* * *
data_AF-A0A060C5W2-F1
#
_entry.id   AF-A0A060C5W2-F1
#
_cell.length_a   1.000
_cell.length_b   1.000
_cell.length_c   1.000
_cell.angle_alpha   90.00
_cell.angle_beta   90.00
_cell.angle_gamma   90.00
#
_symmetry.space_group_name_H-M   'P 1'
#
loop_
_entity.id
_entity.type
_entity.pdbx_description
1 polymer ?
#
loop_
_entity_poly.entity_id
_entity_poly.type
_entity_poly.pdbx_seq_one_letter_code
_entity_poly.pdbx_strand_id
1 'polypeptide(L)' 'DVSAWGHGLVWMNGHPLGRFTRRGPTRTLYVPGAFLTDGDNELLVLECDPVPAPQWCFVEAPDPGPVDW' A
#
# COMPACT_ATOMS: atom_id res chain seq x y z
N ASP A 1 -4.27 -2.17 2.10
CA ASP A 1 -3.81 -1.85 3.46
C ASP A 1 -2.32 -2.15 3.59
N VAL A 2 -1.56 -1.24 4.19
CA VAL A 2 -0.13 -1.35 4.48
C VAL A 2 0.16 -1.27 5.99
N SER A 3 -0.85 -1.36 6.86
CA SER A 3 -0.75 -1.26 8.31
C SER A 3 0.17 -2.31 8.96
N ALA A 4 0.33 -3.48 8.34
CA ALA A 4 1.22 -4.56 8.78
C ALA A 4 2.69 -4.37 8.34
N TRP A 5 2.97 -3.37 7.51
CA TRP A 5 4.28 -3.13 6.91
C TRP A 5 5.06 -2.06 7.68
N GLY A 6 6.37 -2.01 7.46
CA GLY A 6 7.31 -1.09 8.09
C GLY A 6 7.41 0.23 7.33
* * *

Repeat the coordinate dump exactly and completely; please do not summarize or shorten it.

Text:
data_AF-A0A060C5W2-F1
#
_entry.id   AF-A0A060C5W2-F1
#
_cell.length_a   1.000
_cell.length_b   1.000
_cell.length_c   1.000
_cell.angle_alpha   90.00
_cell.angle_beta   90.00
_cell.angle_gamma   90.00
#
_symmetry.space_group_name_H-M   'P 1'
#
loop_
_entity.id
_entity.type
_entity.pdbx_description
1 polymer ?
#
loop_
_entity_poly.entity_id
_entity_poly.type
_entity_poly.pdbx_seq_one_letter_code
_entity_poly.pdbx_strand_id
1 'polypeptide(L)' 'DVSAWGHGLVWMNGHPLGRFTRRGPTRTLYVPGAFLTDGDNELLVLECDPVPAPQWCFVEAPDPGPVDW' A
#
# COMPACT_ATOMS: atom_id res chain seq x y z
N ASP A 1 -4.27 -2.17 2.10
CA ASP A 1 -3.81 -1.85 3.46
C ASP A 1 -2.32 -2.15 3.59
N VAL A 2 -1.56 -1.24 4.19
CA VAL A 2 -0.13 -1.35 4.48
C VAL A 2 0.16 -1.27 5.99
N SER A 3 -0.85 -1.36 6.86
CA SER A 3 -0.75 -1.26 8.31
C SER A 3 0.17 -2.31 8.96
N ALA A 4 0.33 -3.48 8.34
CA ALA A 4 1.22 -4.56 8.78
C ALA A 4 2.69 -4.37 8.34
N TRP A 5 2.97 -3.37 7.51
CA TRP A 5 4.28 -3.13 6.91
C TRP A 5 5.06 -2.06 7.68
N GLY A 6 6.37 -2.01 7.46
CA GLY A 6 7.31 -1.09 8.09
C GLY A 6 7.41 0.23 7.33